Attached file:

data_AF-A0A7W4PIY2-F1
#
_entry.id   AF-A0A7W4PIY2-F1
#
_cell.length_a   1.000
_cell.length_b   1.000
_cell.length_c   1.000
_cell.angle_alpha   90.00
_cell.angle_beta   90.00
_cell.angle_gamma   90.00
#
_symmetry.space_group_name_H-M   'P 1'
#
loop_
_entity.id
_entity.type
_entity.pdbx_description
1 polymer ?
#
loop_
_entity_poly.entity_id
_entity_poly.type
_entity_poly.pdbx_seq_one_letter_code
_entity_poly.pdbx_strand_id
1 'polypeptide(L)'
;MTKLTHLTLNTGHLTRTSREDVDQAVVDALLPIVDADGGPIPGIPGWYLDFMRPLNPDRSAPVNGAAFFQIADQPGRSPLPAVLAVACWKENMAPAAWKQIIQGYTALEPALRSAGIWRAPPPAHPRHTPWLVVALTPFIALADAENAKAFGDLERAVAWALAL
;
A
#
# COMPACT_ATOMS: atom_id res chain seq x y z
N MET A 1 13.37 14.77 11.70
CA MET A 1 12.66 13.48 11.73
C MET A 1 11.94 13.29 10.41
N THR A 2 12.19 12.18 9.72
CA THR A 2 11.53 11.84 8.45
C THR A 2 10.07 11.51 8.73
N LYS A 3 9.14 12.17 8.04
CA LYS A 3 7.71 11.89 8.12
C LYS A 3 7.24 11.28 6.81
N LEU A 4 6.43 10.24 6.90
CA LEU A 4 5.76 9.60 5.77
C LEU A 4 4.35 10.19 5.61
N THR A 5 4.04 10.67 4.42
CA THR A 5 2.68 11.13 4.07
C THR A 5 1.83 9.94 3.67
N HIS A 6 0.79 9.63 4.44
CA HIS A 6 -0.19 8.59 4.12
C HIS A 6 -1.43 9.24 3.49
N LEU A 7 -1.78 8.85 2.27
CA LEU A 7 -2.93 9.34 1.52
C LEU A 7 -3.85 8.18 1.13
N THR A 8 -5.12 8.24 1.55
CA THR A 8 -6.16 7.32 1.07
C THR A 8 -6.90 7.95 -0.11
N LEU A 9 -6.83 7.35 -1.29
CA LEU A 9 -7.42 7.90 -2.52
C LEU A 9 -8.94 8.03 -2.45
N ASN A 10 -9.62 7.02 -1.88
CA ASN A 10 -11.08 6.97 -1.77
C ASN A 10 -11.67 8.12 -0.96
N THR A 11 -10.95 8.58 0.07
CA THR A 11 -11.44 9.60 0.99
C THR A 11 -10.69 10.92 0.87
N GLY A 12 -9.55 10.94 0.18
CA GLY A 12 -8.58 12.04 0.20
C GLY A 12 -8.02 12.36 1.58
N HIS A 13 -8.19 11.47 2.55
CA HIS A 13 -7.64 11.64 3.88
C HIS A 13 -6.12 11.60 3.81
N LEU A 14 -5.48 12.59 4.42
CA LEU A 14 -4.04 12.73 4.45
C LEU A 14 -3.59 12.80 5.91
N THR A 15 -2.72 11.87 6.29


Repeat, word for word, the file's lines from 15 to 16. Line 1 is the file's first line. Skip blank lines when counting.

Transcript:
_entity.id
_entity.type